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Thread: diferences between MERGE JOIN, STREAM LOOKUP and DATABASE LOOKUP

  1. #1

    Default diferences between MERGE JOIN, STREAM LOOKUP and DATABASE LOOKUP

    Hello,

    I have been tried to understand when it is most suitable to use each of the following steps: MERGE JOIN, STREAM LOOKUP and DATABASE LOOKUP. Do not know if anyone has already addressed this to the forum. I would appreciate if someone could help me on this.

    thanks.

  2. #2
    Join Date
    Feb 2016
    Posts
    11

    Default

    I have used Merge Join and Stream Lookup (guess DB Lookup is same as Stream Lookup). Consider following two tables

    LeftCol1 RightCol1 RightCol2
    A A 1
    B A 2
    C D 4

    Join Left x Right on LeftCol1=RightCol1: Result (all records in Left table, duplicated if there are more than one matching in Right, notice row 1 and 2 below)
    LeftCol1 RightCol1 RightCol2
    A A 1
    A A 2
    B null null
    C null null

    In case of lookup, values from Left lookedup for first match only (no duplications of rows) so you'll get first, third and fourth row from above table.

  3. #3
    Join Date
    May 2013
    Posts
    16

    Default

    Could you please give more information about your case?

  4. #4
    Join Date
    May 2014
    Posts
    358

    Default

    Quote Originally Posted by perito37 View Post
    when it is most suitable to use each of the following steps: MERGE JOIN, STREAM LOOKUP and DATABASE LOOKUP.
    Merge join = when you need to join two large data sets which are ordered by the same keys. When a key occurs several times in one data set, it multiplies the number of output rows the same way as an SQL join.
    Stream lookup = you have a main stream and a secondary small stream (lookup stream) from which you want to look up exactly one row for the main stream, and the streams cannot be ordered the same way. Beware that all data from the lookup stream have to be kept in memory.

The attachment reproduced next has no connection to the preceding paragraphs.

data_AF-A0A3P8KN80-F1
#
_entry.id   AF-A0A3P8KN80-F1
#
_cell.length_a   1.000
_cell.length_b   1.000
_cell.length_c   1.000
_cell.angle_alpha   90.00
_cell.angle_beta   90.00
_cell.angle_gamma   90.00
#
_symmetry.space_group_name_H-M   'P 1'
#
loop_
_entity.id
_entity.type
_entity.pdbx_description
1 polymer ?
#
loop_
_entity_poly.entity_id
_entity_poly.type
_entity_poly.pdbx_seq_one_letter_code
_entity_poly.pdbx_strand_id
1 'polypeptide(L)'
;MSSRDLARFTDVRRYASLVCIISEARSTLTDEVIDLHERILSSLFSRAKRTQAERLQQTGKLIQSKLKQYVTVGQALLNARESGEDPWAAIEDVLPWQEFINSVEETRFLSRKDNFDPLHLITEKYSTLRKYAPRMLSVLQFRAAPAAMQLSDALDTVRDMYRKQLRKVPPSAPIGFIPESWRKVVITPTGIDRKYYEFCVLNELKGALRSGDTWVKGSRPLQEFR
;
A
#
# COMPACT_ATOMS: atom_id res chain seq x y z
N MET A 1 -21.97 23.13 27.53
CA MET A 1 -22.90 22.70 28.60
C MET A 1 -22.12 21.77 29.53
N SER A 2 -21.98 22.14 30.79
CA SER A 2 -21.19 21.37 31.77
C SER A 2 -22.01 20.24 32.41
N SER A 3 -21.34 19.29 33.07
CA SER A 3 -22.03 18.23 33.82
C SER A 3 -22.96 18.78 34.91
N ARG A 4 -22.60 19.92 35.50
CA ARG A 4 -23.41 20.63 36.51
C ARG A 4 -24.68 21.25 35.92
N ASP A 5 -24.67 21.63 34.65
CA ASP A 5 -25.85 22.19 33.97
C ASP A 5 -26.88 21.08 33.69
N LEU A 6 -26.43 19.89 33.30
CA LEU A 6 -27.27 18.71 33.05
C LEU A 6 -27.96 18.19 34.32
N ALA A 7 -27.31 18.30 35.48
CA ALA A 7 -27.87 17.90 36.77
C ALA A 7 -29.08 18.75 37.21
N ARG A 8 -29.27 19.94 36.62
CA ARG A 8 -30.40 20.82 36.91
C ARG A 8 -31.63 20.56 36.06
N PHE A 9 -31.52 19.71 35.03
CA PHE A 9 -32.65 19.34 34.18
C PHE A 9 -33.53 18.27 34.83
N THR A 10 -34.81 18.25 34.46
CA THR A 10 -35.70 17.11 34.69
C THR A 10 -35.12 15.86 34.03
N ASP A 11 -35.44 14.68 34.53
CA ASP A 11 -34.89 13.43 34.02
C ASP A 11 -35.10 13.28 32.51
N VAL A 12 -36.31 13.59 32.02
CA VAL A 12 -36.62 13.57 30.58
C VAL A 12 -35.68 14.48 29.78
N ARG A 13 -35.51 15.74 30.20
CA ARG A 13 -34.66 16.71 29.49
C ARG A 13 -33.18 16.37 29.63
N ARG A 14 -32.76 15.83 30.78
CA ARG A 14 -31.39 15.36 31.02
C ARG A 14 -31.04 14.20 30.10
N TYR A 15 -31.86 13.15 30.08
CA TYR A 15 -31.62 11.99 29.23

Database lookup = gives you exactly one row from a database table based on the specified criteria. If more rows are found that satisfy the criteria, you get only one. By default, it makes 1 query on the database for each row, which is quite slow, so I suggest to use it to look up data in small tables which you can fit into the memory whole (Enable caching, load all data).
    Database join = one query per row, allows you to specify a custom SQL, and can return more than one row from the DB (therefore it can multiply the amount of rows on output).

  5. #5

    Default

    Quote Originally Posted by Lukfi View Post
    Merge join = when you need to join two large data sets which are ordered by the same keys. When a key occurs several times in one data set, it multiplies the number of output rows the same way as an SQL join.
    Stream lookup = you have a main stream and a secondary small stream (lookup stream) from which you want to look up exactly one row for the main stream, and the streams cannot be ordered the same way. Beware that all data from the lookup stream have to be kept in memory.
    Database lookup = gives you exactly one row from a database table based on the specified criteria. If more rows are found that satisfy the criteria, you get only one. By default, it makes 1 query on the database for each row, which is quite slow, so I suggest to use it to look up data in small tables which you can fit into the memory whole (Enable caching, load all data).
    Database join = one query per row, allows you to specify a custom SQL, and can return more than one row from the DB (therefore it can multiply the amount of rows on output).
    thanks for the answer Tukfi. So If I want to do left join from a bid table on to a small table, p`robably the best step to use is the Strem Lookup
    On the other side, when I want to cross big tables, Merge join is the best step
    I am not sure when Database lookup is a good choice. any answer on this?

  6. #6
    Join Date
    May 2014
    Posts
    358

    Default

    I'd say Database lookup is good for doing a lookup into a small table (which you can fit into memory).
    Or, if you need to look up something from a huge table and your data set is small, or it only contains a small number of keys that repeat many times, then a Database lookup (with caching, but not loading full table) will be faster than reading the whole huge table.

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